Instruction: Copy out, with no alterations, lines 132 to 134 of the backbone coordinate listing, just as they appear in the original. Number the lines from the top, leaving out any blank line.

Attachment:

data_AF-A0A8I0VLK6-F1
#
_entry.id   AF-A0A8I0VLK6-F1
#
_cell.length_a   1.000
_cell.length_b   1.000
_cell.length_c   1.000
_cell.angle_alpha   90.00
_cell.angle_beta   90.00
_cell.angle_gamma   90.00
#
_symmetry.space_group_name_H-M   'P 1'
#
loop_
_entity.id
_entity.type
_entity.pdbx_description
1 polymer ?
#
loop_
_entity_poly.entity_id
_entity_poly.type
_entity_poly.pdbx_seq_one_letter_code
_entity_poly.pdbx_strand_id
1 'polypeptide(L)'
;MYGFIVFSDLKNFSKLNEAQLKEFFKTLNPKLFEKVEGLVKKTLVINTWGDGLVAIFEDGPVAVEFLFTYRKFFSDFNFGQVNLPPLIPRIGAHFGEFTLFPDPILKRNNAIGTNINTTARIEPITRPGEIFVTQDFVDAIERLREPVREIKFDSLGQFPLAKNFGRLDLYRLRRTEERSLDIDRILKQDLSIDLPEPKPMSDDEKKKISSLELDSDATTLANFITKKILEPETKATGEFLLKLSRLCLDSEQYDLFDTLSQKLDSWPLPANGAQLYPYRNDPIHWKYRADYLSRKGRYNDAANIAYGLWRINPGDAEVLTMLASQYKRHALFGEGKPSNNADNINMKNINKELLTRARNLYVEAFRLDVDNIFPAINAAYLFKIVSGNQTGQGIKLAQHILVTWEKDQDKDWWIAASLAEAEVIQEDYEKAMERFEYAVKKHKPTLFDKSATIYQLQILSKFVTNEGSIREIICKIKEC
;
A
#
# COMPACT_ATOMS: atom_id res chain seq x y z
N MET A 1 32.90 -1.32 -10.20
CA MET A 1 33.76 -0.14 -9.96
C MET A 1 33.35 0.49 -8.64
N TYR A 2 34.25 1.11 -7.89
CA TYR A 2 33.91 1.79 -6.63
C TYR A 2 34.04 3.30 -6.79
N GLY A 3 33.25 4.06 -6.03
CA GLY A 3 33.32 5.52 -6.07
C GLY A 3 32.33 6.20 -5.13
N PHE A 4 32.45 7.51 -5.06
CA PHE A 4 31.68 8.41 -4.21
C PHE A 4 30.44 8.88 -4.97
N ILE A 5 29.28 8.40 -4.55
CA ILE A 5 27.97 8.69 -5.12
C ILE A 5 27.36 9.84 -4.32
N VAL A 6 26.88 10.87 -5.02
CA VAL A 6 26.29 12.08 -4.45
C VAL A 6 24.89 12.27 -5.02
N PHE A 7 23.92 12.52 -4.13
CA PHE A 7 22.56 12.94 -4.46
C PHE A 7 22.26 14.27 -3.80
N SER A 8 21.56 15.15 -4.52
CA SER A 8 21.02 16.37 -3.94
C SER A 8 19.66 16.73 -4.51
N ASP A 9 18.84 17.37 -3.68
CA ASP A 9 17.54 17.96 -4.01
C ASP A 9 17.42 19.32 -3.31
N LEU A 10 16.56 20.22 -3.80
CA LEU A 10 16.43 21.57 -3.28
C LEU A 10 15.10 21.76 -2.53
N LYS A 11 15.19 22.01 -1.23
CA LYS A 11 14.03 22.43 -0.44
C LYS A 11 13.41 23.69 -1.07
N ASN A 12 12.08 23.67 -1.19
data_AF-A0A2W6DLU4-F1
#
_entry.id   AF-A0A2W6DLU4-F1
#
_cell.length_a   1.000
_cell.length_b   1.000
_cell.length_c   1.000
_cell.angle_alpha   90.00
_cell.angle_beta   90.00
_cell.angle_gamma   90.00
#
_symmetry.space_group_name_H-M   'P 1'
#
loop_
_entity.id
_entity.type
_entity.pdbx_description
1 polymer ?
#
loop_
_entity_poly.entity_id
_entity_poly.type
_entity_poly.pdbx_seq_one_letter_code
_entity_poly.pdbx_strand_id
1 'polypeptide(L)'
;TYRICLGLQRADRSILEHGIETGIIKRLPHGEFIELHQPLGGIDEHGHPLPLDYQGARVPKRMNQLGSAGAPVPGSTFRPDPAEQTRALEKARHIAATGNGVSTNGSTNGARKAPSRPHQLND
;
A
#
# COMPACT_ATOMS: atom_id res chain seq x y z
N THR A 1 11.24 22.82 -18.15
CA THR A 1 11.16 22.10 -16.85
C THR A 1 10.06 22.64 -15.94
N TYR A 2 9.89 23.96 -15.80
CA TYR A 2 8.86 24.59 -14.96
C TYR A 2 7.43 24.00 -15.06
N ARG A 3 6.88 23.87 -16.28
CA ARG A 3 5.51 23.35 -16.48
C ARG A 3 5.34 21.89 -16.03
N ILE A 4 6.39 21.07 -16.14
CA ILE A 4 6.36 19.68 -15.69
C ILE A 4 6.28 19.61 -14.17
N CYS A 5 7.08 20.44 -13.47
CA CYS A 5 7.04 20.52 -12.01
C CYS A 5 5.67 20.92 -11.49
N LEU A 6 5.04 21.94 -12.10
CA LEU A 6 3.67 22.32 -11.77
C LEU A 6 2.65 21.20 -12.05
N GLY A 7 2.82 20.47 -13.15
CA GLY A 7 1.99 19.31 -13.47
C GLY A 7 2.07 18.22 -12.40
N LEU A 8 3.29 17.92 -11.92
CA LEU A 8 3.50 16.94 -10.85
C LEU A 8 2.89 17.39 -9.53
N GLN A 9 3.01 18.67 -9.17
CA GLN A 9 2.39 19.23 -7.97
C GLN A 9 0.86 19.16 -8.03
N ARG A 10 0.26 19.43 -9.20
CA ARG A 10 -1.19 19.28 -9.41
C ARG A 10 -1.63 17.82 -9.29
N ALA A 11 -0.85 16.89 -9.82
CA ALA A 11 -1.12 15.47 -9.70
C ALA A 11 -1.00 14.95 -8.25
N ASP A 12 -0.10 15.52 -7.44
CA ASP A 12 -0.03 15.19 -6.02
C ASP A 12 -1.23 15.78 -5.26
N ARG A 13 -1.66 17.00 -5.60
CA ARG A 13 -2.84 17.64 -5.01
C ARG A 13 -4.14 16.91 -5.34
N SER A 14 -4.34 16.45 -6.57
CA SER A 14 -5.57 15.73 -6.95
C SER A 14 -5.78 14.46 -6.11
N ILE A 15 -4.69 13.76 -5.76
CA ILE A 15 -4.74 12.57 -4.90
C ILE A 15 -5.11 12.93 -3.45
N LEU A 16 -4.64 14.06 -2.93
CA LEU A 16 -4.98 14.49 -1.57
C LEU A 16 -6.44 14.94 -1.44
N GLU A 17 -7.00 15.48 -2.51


CA ARG A 13 -2.84 17.64 -5.01
C ARG A 13 -4.14 16.91 -5.34
N SER A 14 -4.34 16.45 -6.57